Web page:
Greenhouse gas (GHG) emissions from transportation account for 29% of total U.S. emissions making the transportation sector the largest contributor of GHGs. Electric vehicles (EVs), along with other alternative fuels, provide important pathways to reducing emissions that impact our climate and health, however cost and access to EVs and charging infrastructure are challenges, especially for lower income and rural communities. Is it time we shift the paradigm on how we’ve traditionally looked at car ownership and travel, to one that utilizes new, innovative options promoting accessibility and conservation?
Forth Mobility, a non-profit, working to advance clean and equitable transportation aims to do just that through the Affordable Mobility Program (AMP). This national partnership is providing electric vehicle car sharing at affordable housing sites, high density parking lots, and local electric utility headquarters in at least six states. The model builds upon Forth’s experience providing a similar program in rural Oregon. A $5 million award from the U.S. Department of Energy’s Vehicle Technology Office will help Forth scale up the AMP program over the next two years by adding partners and 70 new car sharing vehicles to affordable housing complexes in 7 cities across the U.S.
Car sharing programs like the AMP let customers borrow electric cars to run errands, recreate, visit friends and relatives, go to the doctor, get to work, etc. Imagine eliminating the costs and hassles associated with car ownership (monthly payments, insurance, taxes, registration, maintenance and fuel) and replacing them with a low hourly or daily rental fee and a convenient reservation system that can be accessed through an app or an RFID card.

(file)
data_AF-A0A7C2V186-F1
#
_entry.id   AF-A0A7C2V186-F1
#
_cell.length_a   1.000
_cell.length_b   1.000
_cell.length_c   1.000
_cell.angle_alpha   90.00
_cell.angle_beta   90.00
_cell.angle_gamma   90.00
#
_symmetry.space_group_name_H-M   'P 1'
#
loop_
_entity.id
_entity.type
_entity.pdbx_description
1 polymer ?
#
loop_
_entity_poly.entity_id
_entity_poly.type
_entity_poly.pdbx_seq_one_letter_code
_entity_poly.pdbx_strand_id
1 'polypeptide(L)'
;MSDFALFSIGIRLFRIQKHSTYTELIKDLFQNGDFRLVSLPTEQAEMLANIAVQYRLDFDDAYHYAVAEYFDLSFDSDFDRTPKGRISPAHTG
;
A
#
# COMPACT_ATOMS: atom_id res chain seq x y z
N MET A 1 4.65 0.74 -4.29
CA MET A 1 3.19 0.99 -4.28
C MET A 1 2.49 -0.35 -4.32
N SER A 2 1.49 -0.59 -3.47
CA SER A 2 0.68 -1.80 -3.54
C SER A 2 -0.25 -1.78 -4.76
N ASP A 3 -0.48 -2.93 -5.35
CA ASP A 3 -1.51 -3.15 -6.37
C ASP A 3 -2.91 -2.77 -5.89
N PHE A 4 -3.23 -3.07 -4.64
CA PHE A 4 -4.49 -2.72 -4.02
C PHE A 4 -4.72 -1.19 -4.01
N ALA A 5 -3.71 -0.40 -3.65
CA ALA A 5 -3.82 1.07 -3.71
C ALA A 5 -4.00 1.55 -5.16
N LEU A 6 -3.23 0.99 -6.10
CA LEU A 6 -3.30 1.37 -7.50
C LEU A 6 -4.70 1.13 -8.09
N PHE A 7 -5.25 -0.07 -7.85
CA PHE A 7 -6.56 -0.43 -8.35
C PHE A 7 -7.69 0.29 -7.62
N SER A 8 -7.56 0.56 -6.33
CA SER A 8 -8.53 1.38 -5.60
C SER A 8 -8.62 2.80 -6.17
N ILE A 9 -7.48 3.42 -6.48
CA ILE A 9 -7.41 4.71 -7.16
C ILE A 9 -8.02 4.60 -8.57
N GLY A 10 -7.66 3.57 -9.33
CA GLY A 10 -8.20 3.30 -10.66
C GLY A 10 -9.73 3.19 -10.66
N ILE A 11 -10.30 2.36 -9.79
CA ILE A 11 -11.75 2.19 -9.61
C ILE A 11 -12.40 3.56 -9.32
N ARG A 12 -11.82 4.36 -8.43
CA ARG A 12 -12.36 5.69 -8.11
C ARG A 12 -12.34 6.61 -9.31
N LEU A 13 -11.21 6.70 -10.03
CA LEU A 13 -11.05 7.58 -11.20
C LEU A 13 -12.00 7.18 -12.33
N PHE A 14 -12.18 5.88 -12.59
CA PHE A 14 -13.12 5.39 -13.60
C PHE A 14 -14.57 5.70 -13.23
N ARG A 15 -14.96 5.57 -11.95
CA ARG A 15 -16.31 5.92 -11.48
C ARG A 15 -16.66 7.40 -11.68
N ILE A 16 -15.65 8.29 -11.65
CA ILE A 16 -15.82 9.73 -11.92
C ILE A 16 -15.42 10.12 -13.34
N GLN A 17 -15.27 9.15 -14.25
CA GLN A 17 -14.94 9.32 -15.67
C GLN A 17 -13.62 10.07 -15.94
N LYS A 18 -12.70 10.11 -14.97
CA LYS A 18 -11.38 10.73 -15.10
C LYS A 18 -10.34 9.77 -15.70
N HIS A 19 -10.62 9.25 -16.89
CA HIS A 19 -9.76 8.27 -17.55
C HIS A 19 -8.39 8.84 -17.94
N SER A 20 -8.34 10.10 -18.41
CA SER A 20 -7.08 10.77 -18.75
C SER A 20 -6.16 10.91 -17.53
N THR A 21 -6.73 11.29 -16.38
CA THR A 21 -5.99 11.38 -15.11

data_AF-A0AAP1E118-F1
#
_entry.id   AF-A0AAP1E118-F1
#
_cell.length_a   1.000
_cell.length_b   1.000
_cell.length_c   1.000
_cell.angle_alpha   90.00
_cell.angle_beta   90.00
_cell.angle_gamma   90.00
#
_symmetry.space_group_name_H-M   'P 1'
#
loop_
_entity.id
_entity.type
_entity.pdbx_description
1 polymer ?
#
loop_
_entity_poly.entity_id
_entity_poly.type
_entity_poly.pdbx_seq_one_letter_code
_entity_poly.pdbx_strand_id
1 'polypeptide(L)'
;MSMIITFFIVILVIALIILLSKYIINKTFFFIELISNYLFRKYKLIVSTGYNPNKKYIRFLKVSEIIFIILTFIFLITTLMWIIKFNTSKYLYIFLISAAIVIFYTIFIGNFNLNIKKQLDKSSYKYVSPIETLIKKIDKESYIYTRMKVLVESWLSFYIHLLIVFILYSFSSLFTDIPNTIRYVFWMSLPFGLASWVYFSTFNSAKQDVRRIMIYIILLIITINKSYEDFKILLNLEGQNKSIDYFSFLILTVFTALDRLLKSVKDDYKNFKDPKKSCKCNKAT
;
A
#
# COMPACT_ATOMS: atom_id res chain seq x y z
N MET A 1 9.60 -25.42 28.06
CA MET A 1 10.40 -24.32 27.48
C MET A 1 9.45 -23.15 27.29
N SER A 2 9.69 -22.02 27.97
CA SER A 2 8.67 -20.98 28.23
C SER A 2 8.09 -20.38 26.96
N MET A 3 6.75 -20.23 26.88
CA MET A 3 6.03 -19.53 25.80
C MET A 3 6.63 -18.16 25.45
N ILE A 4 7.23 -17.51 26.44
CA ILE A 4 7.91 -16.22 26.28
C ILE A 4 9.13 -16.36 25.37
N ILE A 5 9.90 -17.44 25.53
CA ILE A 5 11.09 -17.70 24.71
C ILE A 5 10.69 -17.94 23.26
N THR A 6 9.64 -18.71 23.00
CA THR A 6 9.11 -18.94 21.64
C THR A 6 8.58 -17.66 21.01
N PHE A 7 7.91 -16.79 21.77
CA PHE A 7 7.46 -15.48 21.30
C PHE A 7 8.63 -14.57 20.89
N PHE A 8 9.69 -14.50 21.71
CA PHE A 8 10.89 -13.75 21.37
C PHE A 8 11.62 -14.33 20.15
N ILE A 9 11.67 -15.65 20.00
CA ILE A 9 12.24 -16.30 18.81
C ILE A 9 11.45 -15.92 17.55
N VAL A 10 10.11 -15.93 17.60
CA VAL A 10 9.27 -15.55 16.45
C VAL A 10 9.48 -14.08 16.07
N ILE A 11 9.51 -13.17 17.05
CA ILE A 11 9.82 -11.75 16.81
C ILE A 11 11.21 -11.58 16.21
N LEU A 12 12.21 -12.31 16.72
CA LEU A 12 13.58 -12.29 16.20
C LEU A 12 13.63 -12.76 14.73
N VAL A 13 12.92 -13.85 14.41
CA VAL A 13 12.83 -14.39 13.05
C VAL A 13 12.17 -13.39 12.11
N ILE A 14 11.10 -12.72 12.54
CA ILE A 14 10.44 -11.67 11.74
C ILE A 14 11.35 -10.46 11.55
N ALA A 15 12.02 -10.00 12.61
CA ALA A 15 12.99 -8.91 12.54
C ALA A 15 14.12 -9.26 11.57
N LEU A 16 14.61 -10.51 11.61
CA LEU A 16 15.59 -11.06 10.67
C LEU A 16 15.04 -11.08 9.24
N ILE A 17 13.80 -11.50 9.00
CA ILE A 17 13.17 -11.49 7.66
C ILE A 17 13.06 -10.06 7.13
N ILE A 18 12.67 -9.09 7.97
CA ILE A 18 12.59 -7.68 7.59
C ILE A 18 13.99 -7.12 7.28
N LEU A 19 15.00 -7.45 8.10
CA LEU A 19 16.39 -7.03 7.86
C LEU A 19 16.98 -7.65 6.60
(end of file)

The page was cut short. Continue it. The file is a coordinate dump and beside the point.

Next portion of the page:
In addition to the AMP, several cities across the country are offering similar EV sharing programs allowing them to reduce GHG emissions and provide residents with an affordable, sustainable transportation option that doesn’t require ownership. Combining EV access and equity is at the forefront of Boston’s Good2Go program which provides a sliding scale of rental rates depending on income levels. The city’s goal is for 100% of residents to be within a 10-minute walk to an EV car sharing facility or public EV charger. Denver offers an EV sharing program too and has pledged to expand the service to underserved communities and essential workers. Los Angeles’ BlueLA, is a pilot EV sharing program for low-income communities where standard membership rates are reduced based on qualifying income levels.
Electric car sharing offers another tool in the transportation tool box and joins the ranks of other shared low cost transportation services like e-bikes, e-scooters and public transportation. These transportation options are shaking up the status quo, opening up new possibilities when it comes to getting around, and encouraging us to question whether or not we really need a two-car household when we have options that can fill in the gaps.
With more and more people working from home, inflation rates rising, and EV access for all a challenge, non-profits like Forth Mobility and cities around the country who are adopting EV car sharing programs can help shift the transportation paradigm in ways that have great potential to cut household costs, cut carbon footprints, and cut inequalities related to accessible, clean transportation. Go Forth!